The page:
This is a Board panel decision where a workplace cut or scrape led to an amputation that could become industrial

This is a Board panel decision

This is a very significant case for workers’ compensation principles.

The applicant suffered a cut or scrape at work.  He also got a blister on his left toe.  The toe turned gangrene.  The applicant had new onset diabetes. His left foot progressively got worse.  The applicant first had an amputation to the low shin.  The condition spread and then he had an above-the-knee amputation.

The applicant saw an orthopedist who found the left toe gangrene was industrial.  The applicant then saw an internist that indicated the injury was not industrial.

The Workers’ Compensation Judge (WCJ) did not find applicant credible.  The applicant did not report any wounds to his foot to the employer.  The applicant filed a petition for reconsideration.

The Board reviewed the liberal construction code section 3202.  They also reviewed the case of Kimbol v IAC.  Then they reviewed McAllister v WCAB.  The Board indicated the question is whether there is a reasonable inference to support the claim for injury.

They looked at the existing medical opinions.  They concluded that the record was insufficient to determine causation. They suggested that the current physicians address the issue and if they cannot make a determination the WCJ should appoint a physician.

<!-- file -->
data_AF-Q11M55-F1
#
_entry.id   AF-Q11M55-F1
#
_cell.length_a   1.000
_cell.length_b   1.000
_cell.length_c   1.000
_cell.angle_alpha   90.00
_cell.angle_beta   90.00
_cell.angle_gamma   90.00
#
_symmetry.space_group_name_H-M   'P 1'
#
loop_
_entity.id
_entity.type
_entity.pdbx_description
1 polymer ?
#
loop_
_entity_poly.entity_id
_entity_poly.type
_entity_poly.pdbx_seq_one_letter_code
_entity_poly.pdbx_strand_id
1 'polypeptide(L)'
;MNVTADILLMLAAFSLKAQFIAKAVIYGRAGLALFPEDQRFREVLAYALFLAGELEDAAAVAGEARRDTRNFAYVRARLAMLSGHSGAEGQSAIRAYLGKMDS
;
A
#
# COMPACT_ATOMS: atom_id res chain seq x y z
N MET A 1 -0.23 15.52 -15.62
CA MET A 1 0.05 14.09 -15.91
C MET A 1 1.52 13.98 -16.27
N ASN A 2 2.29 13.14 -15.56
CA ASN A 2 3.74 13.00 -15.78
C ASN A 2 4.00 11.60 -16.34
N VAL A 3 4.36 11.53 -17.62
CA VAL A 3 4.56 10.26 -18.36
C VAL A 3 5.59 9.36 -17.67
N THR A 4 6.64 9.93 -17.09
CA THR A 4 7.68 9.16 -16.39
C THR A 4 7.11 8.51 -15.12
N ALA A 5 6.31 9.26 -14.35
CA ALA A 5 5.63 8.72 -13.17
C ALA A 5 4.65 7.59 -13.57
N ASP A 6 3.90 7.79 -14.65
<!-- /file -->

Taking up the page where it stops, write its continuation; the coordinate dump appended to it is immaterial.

Therefore, they rescinded the decision and remanded for a determination on causation.


Board En Banc decision on supplemental job displacement benefit voucher

This is a Board En Banc panel decision

This is a very significant case for workers’ compensation principles.

The applicant sustained an admitted injury. The parties resolved the injury by way of Stipulations with Request for Award. The award did not include a Supplemental Job Displacement (SJDB) voucher.

Prior to the settlement the defendant sent a Notice of Offer of Regular, Modified or Alternative Work. The letter accompanying the notice indicated that the applicant must verify that he is qualified to accept employment as an inmate laborer. You have voluntarily terminated your employment due to your release from prison.

The applicant filed a Request for Dispute Resolution and asked for resolution of the SJDB. The Administrative Director did not issue a determination and therefore, it was denied by operation of law.

The case went to trial and the Workers Compensation Judge (WCJ) indicated the appeal was untimely an denied the SJDB. The applicant filed a petition for reconsideration and the Workers Compensation Appeals Board (WCAB) ruled the applicant was entitled to a voucher. Defendant appealed.

The WCAB ruled AD rule 10133.54 invalid. They also ruled an employer must show a bona fide offer of regular work to avoid liability for a SJDB. Here there was no bona fide offer.


Board En Banc decision finds Administrative Director Rule 10133.54 Invalid

This is a Board En Banc panel decision